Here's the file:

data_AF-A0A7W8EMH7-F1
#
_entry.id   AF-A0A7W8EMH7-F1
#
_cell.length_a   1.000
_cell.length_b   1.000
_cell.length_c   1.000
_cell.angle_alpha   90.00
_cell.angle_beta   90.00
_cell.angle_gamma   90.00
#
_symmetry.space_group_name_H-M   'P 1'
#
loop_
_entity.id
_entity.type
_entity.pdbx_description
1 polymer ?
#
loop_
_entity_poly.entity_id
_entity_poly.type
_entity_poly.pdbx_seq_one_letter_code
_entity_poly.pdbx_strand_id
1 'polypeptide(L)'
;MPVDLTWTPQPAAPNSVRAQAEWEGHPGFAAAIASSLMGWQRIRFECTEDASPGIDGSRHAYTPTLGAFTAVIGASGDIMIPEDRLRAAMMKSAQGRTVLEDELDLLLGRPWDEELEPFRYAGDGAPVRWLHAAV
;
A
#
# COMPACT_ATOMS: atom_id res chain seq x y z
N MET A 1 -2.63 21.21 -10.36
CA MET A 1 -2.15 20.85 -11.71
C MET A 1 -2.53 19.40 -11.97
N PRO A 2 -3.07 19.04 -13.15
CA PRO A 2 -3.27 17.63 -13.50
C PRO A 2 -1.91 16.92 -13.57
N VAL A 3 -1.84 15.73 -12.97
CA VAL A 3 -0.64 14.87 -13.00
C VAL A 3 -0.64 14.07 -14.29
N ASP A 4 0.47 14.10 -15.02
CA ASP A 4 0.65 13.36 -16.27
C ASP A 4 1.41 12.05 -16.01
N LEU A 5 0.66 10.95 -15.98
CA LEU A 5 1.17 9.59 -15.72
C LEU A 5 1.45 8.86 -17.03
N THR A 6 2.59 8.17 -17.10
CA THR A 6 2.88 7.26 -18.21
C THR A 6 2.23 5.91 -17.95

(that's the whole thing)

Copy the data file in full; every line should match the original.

data_AF-A0A7W8EMH7-F1
#
_entry.id   AF-A0A7W8EMH7-F1
#
_cell.length_a   1.000
_cell.length_b   1.000
_cell.length_c   1.000
_cell.angle_alpha   90.00
_cell.angle_beta   90.00
_cell.angle_gamma   90.00
#
_symmetry.space_group_name_H-M   'P 1'
#
loop_
_entity.id
_entity.type
_entity.pdbx_description
1 polymer ?
#
loop_
_entity_poly.entity_id
_entity_poly.type
_entity_poly.pdbx_seq_one_letter_code
_entity_poly.pdbx_strand_id
1 'polypeptide(L)'
;MPVDLTWTPQPAAPNSVRAQAEWEGHPGFAAAIASSLMGWQRIRFECTEDASPGIDGSRHAYTPTLGAFTAVIGASGDIMIPEDRLRAAMMKSAQGRTVLEDELDLLLGRPWDEELEPFRYAGDGAPVRWLHAAV
;
A
#
# COMPACT_ATOMS: atom_id res chain seq x y z
N MET A 1 -2.63 21.21 -10.36
CA MET A 1 -2.15 20.85 -11.71
C MET A 1 -2.53 19.40 -11.97
N PRO A 2 -3.07 19.04 -13.15
CA PRO A 2 -3.27 17.63 -13.50
C PRO A 2 -1.91 16.92 -13.57
N VAL A 3 -1.84 15.73 -12.97
CA VAL A 3 -0.64 14.87 -13.00
C VAL A 3 -0.64 14.07 -14.29
N ASP A 4 0.47 14.10 -15.02
CA ASP A 4 0.65 13.36 -16.27
C ASP A 4 1.41 12.05 -16.01
N LEU A 5 0.66 10.95 -15.98
CA LEU A 5 1.17 9.59 -15.72
C LEU A 5 1.45 8.86 -17.03
N THR A 6 2.59 8.17 -17.10
CA THR A 6 2.88 7.26 -18.21
C THR A 6 2.23 5.91 -17.95